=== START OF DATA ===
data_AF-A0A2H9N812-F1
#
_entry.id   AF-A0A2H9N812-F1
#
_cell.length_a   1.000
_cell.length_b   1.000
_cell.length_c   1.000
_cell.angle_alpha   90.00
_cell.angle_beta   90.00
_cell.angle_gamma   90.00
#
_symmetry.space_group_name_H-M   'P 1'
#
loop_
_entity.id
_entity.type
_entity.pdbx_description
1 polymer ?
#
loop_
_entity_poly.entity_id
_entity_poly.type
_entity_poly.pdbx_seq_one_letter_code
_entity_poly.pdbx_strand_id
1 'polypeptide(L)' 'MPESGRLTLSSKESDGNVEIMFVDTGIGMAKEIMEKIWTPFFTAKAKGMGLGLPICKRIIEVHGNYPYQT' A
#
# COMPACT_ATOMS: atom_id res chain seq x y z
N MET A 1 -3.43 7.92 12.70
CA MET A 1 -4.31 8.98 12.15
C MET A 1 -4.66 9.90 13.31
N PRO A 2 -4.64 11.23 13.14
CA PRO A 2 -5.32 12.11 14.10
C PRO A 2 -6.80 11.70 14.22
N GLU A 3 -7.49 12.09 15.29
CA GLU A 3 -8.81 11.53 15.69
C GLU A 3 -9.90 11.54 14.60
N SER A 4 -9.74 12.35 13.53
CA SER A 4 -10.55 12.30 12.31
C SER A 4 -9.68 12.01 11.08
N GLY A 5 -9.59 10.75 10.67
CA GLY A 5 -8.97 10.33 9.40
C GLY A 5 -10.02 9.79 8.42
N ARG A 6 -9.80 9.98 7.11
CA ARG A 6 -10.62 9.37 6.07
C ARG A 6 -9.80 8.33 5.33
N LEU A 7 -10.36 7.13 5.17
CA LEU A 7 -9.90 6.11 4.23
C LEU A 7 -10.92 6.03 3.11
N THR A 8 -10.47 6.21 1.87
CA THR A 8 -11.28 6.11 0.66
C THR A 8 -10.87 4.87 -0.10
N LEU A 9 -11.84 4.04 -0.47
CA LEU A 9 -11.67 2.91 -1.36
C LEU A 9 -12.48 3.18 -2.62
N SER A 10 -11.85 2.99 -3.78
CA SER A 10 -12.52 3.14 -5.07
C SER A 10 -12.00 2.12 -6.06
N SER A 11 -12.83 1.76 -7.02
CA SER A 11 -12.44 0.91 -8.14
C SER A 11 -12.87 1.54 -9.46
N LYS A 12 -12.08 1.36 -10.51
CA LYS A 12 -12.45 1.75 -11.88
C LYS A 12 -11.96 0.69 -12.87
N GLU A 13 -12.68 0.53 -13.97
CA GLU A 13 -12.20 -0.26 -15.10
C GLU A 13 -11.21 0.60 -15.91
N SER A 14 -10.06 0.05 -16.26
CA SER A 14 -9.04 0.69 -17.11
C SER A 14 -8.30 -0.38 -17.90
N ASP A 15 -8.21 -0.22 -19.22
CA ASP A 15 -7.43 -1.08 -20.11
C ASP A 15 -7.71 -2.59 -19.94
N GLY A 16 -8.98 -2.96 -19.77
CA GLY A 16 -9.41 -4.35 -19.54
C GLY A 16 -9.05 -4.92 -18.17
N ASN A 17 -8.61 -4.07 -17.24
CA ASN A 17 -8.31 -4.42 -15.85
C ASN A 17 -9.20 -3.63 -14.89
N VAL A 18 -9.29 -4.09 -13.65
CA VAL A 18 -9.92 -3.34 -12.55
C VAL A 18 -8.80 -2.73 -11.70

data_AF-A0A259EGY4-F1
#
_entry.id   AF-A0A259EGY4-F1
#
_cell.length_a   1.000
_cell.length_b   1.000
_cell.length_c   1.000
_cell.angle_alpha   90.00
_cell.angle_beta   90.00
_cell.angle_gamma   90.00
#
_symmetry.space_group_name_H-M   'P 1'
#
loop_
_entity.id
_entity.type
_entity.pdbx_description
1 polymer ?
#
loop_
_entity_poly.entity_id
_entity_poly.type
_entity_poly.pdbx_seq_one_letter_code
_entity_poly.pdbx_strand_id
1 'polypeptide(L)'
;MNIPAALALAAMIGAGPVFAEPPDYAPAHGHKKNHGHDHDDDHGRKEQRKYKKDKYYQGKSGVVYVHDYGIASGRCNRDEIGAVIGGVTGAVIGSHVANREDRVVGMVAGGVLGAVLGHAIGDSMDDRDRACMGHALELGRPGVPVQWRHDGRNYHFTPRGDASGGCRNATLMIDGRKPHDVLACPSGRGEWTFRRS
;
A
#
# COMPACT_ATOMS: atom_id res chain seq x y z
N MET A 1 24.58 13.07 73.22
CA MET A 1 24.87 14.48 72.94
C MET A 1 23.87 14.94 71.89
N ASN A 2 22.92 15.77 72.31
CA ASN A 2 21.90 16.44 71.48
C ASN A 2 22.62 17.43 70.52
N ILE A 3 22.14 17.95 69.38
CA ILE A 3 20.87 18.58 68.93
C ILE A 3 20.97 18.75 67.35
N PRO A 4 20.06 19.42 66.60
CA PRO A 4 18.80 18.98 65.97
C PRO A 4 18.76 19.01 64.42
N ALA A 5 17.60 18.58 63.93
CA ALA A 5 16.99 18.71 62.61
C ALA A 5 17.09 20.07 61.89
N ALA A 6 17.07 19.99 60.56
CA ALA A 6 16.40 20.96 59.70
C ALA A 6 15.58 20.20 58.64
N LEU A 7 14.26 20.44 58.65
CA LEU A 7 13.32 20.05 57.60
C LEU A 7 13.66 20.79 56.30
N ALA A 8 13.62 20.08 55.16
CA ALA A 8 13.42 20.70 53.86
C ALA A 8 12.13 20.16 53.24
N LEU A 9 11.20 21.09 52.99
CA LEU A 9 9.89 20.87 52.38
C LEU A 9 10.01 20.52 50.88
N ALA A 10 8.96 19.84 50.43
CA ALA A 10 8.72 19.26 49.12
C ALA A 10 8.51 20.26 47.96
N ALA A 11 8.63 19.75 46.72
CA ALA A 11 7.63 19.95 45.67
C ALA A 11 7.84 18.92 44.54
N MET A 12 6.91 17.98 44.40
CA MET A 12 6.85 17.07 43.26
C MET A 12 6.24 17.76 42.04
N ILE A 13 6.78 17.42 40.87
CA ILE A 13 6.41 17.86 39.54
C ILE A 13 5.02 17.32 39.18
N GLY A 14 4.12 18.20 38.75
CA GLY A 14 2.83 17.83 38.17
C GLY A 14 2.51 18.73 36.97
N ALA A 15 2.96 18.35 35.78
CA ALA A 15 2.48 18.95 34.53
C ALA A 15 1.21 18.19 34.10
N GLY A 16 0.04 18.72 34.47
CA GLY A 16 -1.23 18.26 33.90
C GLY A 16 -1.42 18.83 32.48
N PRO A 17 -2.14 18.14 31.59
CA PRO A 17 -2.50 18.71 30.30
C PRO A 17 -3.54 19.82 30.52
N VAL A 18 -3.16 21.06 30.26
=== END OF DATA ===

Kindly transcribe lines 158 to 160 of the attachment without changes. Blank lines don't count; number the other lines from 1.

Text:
CA GLY A 16 -1.23 18.26 33.90
C GLY A 16 -1.42 18.83 32.48
N PRO A 17 -2.14 18.14 31.59